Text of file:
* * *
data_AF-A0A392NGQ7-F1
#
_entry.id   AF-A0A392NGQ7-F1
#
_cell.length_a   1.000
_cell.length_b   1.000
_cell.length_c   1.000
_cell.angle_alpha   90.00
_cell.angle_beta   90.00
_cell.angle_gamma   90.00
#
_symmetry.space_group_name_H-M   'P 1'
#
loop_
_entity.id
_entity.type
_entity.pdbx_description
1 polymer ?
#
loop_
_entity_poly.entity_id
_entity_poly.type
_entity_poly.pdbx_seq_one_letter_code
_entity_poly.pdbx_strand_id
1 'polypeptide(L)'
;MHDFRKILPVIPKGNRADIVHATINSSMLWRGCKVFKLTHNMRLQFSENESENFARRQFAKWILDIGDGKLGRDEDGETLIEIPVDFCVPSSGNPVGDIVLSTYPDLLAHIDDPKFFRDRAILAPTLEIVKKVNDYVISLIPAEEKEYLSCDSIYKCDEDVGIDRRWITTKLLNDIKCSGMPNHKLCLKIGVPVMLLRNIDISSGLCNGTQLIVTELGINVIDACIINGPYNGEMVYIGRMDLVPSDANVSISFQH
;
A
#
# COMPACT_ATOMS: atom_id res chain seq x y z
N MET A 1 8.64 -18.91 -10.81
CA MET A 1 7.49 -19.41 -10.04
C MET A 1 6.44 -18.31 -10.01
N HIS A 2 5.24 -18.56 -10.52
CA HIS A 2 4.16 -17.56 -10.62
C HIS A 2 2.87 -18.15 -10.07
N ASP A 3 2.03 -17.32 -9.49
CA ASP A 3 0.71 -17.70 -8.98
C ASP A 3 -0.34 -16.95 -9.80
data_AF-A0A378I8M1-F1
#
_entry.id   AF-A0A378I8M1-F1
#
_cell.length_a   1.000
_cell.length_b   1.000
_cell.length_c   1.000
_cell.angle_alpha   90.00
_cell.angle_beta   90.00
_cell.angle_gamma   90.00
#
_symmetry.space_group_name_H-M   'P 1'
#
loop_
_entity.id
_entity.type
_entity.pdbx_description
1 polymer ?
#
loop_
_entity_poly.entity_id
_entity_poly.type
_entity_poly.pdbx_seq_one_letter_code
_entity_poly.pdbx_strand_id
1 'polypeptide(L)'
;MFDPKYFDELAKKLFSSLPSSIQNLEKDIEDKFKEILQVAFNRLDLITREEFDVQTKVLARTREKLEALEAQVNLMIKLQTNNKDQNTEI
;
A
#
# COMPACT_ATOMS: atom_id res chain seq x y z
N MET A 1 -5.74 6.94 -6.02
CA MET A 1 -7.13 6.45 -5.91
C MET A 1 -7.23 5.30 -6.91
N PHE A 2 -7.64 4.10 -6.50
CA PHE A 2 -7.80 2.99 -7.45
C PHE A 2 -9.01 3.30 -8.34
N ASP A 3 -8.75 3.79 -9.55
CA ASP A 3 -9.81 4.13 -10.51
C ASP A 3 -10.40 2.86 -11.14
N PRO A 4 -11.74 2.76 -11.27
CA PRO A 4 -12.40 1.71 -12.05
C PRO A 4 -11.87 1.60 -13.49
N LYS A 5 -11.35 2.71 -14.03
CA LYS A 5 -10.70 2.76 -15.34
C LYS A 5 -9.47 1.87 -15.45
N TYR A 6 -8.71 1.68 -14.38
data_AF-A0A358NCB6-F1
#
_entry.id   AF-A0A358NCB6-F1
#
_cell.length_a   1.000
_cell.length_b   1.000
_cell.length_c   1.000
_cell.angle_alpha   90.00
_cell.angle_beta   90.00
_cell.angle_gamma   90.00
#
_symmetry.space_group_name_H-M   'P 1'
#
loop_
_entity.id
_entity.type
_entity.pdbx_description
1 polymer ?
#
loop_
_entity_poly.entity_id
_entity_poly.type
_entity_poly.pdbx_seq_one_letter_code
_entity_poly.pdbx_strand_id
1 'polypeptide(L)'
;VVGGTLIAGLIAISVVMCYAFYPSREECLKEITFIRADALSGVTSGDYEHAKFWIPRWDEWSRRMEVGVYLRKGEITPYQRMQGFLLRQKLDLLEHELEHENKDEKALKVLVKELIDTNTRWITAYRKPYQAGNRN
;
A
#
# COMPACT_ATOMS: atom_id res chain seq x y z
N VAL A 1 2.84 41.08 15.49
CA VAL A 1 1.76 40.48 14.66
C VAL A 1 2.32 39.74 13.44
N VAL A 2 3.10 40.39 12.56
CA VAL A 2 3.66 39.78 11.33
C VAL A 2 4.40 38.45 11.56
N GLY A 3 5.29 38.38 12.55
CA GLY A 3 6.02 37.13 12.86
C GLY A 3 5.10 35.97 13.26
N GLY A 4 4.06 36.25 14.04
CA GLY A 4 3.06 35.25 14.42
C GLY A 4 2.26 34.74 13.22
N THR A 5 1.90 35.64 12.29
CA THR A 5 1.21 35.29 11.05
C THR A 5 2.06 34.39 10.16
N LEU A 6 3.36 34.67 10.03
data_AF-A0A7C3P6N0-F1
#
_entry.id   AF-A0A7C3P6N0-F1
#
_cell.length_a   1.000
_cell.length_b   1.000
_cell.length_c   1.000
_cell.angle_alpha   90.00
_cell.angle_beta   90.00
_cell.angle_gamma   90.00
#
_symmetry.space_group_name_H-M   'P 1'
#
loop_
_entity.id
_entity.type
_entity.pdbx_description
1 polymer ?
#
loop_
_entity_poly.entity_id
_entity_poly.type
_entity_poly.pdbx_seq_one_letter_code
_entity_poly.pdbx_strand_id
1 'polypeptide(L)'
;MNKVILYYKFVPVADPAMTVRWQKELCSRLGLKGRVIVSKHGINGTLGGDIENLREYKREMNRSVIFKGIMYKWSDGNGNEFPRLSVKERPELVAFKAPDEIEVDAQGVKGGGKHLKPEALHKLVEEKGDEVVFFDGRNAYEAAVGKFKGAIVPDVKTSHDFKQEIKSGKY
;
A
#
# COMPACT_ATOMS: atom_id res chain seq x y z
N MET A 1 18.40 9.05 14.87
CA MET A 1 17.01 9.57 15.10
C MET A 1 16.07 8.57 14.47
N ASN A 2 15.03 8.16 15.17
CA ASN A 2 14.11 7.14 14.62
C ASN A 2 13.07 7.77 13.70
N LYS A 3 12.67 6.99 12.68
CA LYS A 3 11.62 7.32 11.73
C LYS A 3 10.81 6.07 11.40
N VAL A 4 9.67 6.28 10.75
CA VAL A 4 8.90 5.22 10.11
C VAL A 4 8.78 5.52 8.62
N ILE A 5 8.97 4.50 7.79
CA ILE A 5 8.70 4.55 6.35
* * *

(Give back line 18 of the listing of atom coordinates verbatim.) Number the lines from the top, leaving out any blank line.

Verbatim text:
1 polymer ?